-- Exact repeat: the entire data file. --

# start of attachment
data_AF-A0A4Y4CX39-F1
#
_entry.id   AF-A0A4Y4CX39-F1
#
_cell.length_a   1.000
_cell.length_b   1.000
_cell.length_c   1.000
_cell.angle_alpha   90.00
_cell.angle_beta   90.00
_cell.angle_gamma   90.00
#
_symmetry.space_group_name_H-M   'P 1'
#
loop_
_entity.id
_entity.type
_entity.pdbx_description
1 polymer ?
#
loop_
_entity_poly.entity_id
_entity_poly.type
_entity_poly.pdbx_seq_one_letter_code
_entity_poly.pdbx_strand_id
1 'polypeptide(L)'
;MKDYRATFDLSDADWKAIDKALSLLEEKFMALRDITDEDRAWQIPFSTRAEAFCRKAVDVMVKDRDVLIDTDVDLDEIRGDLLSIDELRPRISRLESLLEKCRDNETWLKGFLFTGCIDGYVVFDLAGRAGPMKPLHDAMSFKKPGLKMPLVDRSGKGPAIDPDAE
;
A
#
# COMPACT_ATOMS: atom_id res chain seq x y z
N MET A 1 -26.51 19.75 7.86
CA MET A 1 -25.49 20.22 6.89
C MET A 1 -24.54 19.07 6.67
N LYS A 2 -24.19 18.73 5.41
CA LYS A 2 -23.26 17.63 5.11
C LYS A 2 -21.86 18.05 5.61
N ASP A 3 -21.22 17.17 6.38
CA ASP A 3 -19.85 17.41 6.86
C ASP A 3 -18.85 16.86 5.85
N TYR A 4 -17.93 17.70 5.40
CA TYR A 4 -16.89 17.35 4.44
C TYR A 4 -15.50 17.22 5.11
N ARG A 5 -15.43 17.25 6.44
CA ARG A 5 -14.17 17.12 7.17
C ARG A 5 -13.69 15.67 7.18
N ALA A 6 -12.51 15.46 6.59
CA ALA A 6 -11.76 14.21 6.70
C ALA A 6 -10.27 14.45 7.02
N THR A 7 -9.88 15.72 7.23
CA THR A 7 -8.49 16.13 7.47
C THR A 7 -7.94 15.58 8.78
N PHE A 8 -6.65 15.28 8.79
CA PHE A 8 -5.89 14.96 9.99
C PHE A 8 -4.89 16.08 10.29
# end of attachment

data_AF-A0A4Y4CX39-F1
#
_entry.id   AF-A0A4Y4CX39-F1
#
_cell.length_a   1.000
_cell.length_b   1.000
_cell.length_c   1.000
_cell.angle_alpha   90.00
_cell.angle_beta   90.00
_cell.angle_gamma   90.00
#
_symmetry.space_group_name_H-M   'P 1'
#
loop_
_entity.id
_entity.type
_entity.pdbx_description
1 polymer ?
#
loop_
_entity_poly.entity_id
_entity_poly.type
_entity_poly.pdbx_seq_one_letter_code
_entity_poly.pdbx_strand_id
1 'polypeptide(L)'
;MKDYRATFDLSDADWKAIDKALSLLEEKFMALRDITDEDRAWQIPFSTRAEAFCRKAVDVMVKDRDVLIDTDVDLDEIRGDLLSIDELRPRISRLESLLEKCRDNETWLKGFLFTGCIDGYVVFDLAGRAGPMKPLHDAMSFKKPGLKMPLVDRSGKGPAIDPDAE
;
A
#
# COMPACT_ATOMS: atom_id res chain seq x y z
N MET A 1 -26.51 19.75 7.86
CA MET A 1 -25.49 20.22 6.89
C MET A 1 -24.54 19.07 6.67
N LYS A 2 -24.19 18.73 5.41
CA LYS A 2 -23.26 17.63 5.11
C LYS A 2 -21.86 18.05 5.61
N ASP A 3 -21.22 17.17 6.38
CA ASP A 3 -19.85 17.41 6.86
C ASP A 3 -18.85 16.86 5.85
N TYR A 4 -17.93 17.70 5.40
CA TYR A 4 -16.89 17.35 4.44
C TYR A 4 -15.50 17.22 5.11
N ARG A 5 -15.43 17.25 6.44
CA ARG A 5 -14.17 17.12 7.17
C ARG A 5 -13.69 15.67 7.18
N ALA A 6 -12.51 15.46 6.59
CA ALA A 6 -11.76 14.21 6.70
C ALA A 6 -10.27 14.45 7.02
N THR A 7 -9.88 15.72 7.23
CA THR A 7 -8.49 16.13 7.47
C THR A 7 -7.94 15.58 8.78
N PHE A 8 -6.65 15.28 8.79
CA PHE A 8 -5.89 14.96 9.99
C PHE A 8 -4.89 16.08 10.29